Racially motivated attacks vandalize UCC churches
Recent vandalism at two United Church of Christ congregations around their Black Lives Matter banners and inclusivity has church leaders concerned.
This comes after recent violence this summer around LGBTQ+ affirming churches.
Earlier in August, Grace UCC in the Holly Hills neighborhood of St. Louis was victimized when “White Lives Matter” was spray painted across the wall of the church. The words were sprayed below signs that read “Reject Racism” and other slogans showing their open and welcoming nature.
People ‘have lost their love’
The UCC’s Associate General Minister the Rev. Traci Blackmon is from the area and said she has been following Grace’s story.
“As often as it happens, I am still confounded whenever messages of love by the church are challenged,” she said. “The words of scripture recorded in 1 John 4:7-21 remind us that the very essence of God is love, and yet there are those who are so accosted by the mere suggestion of such that they would desecrate holy ground.”
So far, no one has been charged in this incident.
“I believe these actions are carried out by people who have lost their love, and the only response to such acts of aggression is to love louder,” Blackmon said, echoing a recent UCC campaign to promote “Love Is Louder.”
In Annandale, Va., in mid-August, banners that declared “Black Lives Matter,” “Be the Church,” “Reject Racism” and “Embrace Diversity” were torn down at the Little River UCC. Its senior pastor, the Rev. Shelli Poe, said that, while people in their congregation are upset about it, they are taking it in stride.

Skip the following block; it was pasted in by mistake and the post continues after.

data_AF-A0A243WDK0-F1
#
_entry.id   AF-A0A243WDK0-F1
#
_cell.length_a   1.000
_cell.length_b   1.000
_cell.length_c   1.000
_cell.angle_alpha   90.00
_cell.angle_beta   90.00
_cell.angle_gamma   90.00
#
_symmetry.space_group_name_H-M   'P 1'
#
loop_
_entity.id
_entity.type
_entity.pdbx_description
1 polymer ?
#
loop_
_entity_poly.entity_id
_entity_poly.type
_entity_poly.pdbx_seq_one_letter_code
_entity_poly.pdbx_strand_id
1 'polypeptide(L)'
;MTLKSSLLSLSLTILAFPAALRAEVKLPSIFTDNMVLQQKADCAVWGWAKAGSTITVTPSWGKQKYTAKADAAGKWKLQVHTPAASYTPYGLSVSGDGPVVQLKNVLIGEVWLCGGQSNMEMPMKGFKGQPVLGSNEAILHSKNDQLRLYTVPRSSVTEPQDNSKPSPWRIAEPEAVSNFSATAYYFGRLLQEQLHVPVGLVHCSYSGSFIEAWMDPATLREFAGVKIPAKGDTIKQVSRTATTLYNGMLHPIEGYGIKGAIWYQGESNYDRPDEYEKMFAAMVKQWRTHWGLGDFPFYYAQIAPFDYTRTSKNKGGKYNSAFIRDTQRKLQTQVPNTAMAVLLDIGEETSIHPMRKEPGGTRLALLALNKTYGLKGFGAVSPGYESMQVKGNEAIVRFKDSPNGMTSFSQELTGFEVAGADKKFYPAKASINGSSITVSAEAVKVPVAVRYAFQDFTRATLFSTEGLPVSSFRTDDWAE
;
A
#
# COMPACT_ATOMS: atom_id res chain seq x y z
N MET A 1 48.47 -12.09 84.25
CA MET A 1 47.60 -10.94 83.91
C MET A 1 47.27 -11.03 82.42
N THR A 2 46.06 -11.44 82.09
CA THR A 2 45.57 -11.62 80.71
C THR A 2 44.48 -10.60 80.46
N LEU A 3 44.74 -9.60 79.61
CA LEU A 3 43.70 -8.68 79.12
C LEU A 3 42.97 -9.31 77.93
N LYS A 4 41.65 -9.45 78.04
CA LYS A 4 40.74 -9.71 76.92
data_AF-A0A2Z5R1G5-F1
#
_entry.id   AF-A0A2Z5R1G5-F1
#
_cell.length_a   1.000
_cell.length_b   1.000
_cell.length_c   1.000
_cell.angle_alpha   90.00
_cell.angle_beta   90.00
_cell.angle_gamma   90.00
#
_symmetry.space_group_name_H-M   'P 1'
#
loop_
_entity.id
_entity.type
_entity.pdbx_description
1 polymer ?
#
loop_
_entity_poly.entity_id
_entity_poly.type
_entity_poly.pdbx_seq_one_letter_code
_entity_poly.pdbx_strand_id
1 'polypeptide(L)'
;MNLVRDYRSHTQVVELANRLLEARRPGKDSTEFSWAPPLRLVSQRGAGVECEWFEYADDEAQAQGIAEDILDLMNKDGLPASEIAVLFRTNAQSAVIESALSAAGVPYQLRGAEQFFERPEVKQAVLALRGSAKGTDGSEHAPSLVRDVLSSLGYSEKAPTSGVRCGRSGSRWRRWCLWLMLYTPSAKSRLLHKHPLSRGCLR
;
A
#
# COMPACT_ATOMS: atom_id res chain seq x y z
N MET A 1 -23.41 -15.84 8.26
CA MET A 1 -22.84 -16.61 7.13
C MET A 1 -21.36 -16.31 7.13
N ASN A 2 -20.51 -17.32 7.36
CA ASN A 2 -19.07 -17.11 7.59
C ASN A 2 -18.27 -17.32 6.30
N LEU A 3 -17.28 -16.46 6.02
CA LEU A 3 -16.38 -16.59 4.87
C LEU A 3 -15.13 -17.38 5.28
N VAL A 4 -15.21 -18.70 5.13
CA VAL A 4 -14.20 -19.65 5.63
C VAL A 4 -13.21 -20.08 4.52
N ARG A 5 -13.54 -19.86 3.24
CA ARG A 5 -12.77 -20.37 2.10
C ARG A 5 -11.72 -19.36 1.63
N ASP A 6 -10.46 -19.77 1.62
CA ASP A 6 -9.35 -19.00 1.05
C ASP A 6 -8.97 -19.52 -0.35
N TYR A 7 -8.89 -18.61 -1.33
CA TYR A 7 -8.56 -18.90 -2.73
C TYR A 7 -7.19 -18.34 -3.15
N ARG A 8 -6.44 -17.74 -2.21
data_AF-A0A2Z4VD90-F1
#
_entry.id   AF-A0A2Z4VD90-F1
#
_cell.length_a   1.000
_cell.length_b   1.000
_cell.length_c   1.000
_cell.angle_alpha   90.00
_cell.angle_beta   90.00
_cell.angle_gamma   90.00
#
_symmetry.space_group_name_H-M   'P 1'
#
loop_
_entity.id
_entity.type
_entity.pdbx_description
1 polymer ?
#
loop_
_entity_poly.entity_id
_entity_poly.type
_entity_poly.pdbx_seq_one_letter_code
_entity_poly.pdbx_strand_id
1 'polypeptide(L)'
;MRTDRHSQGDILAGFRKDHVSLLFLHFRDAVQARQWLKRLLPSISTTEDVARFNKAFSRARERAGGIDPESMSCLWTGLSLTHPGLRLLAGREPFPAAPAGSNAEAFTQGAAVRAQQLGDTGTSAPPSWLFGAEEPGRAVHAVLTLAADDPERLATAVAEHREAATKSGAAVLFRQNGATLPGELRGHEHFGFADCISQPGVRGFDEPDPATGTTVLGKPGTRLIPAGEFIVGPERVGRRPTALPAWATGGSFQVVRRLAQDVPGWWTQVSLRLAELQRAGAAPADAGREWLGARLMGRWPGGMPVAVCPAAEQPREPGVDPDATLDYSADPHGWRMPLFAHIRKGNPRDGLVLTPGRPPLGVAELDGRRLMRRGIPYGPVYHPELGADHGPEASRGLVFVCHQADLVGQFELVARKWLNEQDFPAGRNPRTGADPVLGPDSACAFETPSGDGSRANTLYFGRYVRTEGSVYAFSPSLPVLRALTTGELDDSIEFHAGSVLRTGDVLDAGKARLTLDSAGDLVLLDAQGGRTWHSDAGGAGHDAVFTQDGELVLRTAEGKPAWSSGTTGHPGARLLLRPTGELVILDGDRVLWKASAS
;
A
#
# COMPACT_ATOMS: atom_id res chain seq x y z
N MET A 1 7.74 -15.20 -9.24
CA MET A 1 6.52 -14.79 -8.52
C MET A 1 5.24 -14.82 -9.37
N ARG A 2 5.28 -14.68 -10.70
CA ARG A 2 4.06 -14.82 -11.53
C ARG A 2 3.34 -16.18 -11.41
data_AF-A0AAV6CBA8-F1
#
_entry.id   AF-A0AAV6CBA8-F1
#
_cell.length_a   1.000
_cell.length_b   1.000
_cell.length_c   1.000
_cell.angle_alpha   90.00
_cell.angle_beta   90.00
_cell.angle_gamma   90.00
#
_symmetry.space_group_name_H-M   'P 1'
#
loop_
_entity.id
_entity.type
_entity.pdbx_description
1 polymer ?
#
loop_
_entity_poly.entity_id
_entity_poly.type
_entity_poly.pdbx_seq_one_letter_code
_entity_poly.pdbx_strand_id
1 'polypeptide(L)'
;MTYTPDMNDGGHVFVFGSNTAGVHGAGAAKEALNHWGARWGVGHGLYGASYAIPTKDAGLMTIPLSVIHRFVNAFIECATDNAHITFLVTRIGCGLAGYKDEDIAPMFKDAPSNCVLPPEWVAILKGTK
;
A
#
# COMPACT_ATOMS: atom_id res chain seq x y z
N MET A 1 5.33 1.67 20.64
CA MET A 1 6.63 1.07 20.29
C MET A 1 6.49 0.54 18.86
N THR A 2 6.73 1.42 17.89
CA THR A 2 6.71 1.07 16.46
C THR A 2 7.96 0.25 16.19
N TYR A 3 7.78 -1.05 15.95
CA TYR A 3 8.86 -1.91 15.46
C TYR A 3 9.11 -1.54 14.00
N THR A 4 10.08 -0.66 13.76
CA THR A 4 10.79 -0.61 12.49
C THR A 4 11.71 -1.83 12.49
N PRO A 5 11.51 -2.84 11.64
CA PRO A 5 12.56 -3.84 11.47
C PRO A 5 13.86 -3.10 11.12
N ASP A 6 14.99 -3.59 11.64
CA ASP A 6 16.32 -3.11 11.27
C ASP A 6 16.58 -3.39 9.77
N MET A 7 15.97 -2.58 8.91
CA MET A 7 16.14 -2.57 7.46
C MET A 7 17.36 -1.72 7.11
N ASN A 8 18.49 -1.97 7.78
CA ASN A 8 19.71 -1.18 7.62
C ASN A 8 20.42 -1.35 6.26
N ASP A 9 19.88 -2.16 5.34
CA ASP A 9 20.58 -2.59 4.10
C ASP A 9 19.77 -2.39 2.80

“In fact, I think, it is helping people recommit to the work that needs to be done,” she said. “People are paying attention.”
She noted that church members are asking for new banners to be put up right away. The church was founded as a desegregated congregation in 1955 when segregation was the law of the land.
Support from the community
Poe said the local community is rallying around the church as well. They received a letter of support from the Interfaith Communities for Dialogue in Springfield, Va. Little River is a new member of the organization and felt lifted by the gesture. The letter read, in part, “Unfortunately, systemic racism remains very real and very present in America. Our shared humanity compels us to speak out and to affirm that it cannot be tolerated in a civil society.”
That systemic racism also was tragically evident in Jacksonville, Fla., this past weekend, when a gunman who left behind racist writings and was known to use racial slurs shot and killed three Black people inside a Dollar General store. The 21-year-old shooter was armed with an AR-15 style rifle and a handgun. The Justice Department is now investigating the shooting as a hate crime and an act of racially motivated violent extremism, Attorney General Merrick Garland said Sunday.
Addressing the climate of racial violence that has led to these acts of aggression, Blackmon said, “Let us continue to join together to support our churches who boldly declare God’s love, lighting a pathway of belonging for those who have not been loved well by the church and those who have lost their love along the way.
“We are not alone.”
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